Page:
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Flood levels and impacts

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New Zealand has frequent floods. Location based information and technology is helping to monitor, measure and manage floods.

Floods are New Zealand’s number one hazard in terms of frequency, losses and declared civil defence emergencies.

What is a flood?

Floods can occur as a result of storms and heavy rain which cause rivers to overflow their banks. They can also be caused by high tides.

What damage can floods do?

Floodwaters can destroy the land, washing away roads, bridges, railway tracks and buildings. Crops can be ruined and livestock drowned.

Lives are also at risk, particularly in flash floods when the water has risen very quickly. Fast-flowing, deep water filled with debris like tree branches and sheets of iron can be very dangerous to people.

Managing floods

Regional and District councils manage flood hazards. They maintain flood protection works such as stop banks, and monitor:

  • rainfall
  • river flows
  • and lake levels.

Gauges measure rainfall and river flow, a network of gauges are used to monitor river catchments and the potential for floods. The more gauges there are the more accurate and useful the data is for predicting future floods.

The first signs of potential flooding are the heavy rain warnings issued by weather forecasters. In addition, the councils independently operate networks of automated instruments that measure rainfall and river levels. Data from these instruments, and high rainfall rates or rising river levels, may trigger automatic warnings.

Computer models

Computer models of rainfall and river flow are used to determine likely rises in river and lake levels downstream, and supply warning information to communities. Councils organise evacuations, build sandbag barriers, and close roads. Most councils maintain websites and telephone services that inform the public about rainfall and river levels.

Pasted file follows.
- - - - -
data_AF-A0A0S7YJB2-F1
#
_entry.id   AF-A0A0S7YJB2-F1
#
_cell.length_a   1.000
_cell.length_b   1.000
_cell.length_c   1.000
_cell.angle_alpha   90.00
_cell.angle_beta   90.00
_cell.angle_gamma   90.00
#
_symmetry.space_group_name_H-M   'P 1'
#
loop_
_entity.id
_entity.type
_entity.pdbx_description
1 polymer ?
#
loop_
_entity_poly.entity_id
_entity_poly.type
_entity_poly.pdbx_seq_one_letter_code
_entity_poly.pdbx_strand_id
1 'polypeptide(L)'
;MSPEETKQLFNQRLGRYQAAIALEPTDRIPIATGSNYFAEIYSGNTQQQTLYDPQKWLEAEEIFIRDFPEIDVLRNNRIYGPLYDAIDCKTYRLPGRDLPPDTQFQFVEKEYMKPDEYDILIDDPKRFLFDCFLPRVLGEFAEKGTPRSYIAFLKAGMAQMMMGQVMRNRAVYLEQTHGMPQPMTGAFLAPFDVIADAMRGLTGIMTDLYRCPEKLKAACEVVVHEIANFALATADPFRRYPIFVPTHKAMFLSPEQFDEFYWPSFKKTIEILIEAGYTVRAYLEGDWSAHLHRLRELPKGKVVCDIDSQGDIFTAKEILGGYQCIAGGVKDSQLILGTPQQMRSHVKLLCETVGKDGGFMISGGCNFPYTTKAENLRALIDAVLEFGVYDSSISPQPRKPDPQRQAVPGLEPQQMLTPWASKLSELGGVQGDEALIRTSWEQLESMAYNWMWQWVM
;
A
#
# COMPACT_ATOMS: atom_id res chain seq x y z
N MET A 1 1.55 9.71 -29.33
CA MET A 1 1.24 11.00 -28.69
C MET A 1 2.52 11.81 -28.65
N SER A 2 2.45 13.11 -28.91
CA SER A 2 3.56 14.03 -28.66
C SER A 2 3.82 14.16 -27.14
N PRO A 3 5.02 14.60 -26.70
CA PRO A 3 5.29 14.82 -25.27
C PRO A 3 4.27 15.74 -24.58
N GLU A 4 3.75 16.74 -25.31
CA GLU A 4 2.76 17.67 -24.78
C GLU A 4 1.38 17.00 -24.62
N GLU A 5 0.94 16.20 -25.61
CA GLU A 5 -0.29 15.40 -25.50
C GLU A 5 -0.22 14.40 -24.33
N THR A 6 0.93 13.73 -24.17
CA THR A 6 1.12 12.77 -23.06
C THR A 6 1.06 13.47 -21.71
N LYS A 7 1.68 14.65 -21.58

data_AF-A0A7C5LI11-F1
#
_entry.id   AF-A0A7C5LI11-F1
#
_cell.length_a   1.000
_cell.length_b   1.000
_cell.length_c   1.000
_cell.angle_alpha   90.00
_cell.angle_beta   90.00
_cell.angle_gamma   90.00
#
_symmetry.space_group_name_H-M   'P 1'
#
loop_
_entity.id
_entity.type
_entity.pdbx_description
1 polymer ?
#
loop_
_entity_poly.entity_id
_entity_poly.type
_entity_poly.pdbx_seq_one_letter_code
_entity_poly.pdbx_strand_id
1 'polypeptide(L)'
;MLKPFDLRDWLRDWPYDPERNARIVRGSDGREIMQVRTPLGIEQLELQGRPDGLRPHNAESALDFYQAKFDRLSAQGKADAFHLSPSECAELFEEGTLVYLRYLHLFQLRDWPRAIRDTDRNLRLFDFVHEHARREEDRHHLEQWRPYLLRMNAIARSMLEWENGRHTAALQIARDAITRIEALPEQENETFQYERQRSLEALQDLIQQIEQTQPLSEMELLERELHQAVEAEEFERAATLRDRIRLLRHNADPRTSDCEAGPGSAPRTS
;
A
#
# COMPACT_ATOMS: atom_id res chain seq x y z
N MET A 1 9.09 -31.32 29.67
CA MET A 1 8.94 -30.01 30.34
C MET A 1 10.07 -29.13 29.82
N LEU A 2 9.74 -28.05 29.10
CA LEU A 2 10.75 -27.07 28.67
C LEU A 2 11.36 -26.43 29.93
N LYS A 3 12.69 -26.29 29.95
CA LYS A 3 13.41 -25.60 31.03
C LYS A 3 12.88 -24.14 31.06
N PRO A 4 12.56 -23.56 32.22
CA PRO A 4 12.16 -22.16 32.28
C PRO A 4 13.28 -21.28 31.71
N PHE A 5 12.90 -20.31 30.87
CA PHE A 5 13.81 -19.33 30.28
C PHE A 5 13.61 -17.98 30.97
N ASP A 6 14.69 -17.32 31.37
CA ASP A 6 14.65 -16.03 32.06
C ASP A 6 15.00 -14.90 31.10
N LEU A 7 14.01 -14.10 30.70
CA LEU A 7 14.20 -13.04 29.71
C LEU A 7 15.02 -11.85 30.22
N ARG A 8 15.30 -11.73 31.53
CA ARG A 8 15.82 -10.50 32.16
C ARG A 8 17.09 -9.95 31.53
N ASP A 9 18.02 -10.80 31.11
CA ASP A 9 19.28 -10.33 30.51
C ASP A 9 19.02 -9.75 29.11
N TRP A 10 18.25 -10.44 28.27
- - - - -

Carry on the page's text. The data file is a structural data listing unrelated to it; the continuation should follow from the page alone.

Challenges in flood management

To manage the impact of floods people need to know how likely floods are and what level these floods might reach. Floods are often described in terms of how often they are likely to occur based on past experiences. You may have heard of a flood being described as a one in one-hundred-year event. There are many things that can impact on flooding such as:

  • how saturated the ground already is
  • how much debris ends up in rivers
  • how much sediment the river carries
  • whether the area is vegetated, farmland or developed
  • what is happening up stream
  • how stormwater and wastewater are managed

Computer models need to take these factors into account.

Location based information

GPS technology and LiDAR (Light detection and ranging) are helping to predict, measure and respond to flood events. LiDAR works by shining a laser at the surface and measuring the time it takes for that light to bounce back to the receiver. Very fast computer systems can record this data and translate it into heights so for example the surface of the land can be very accurately mapped. The elevation of land needs to be known in order to identify flood-prone areas.

Mapping flood-prone areas 

As even major river works may not prevent flooding, there are now measures to alter the way flood-prone areas are developed. Flood prone areas are mapped using very accurate information on;

  • land elevation
  • past rainfall
  • past flood levels
  • land use

The most at risk areas cannot be built on. Minimum floor levels are set for urban areas so that people build above known flood levels.

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The Fitzherbert stopbank, in Palmerston North, did its job during a storm in 2004. Image: Civil Defence

Flooding in Invercargill, January 1984. Image: Civil Defence.

A child wades through flood waters. Is this a safe thing to do? Image: Civil Defence.

Recent flooding in Canterbury left some communities without road access. Image: Environment Canterbury.

Tsunami monitoring and evacuation maps
Increasing resilience to natural hazards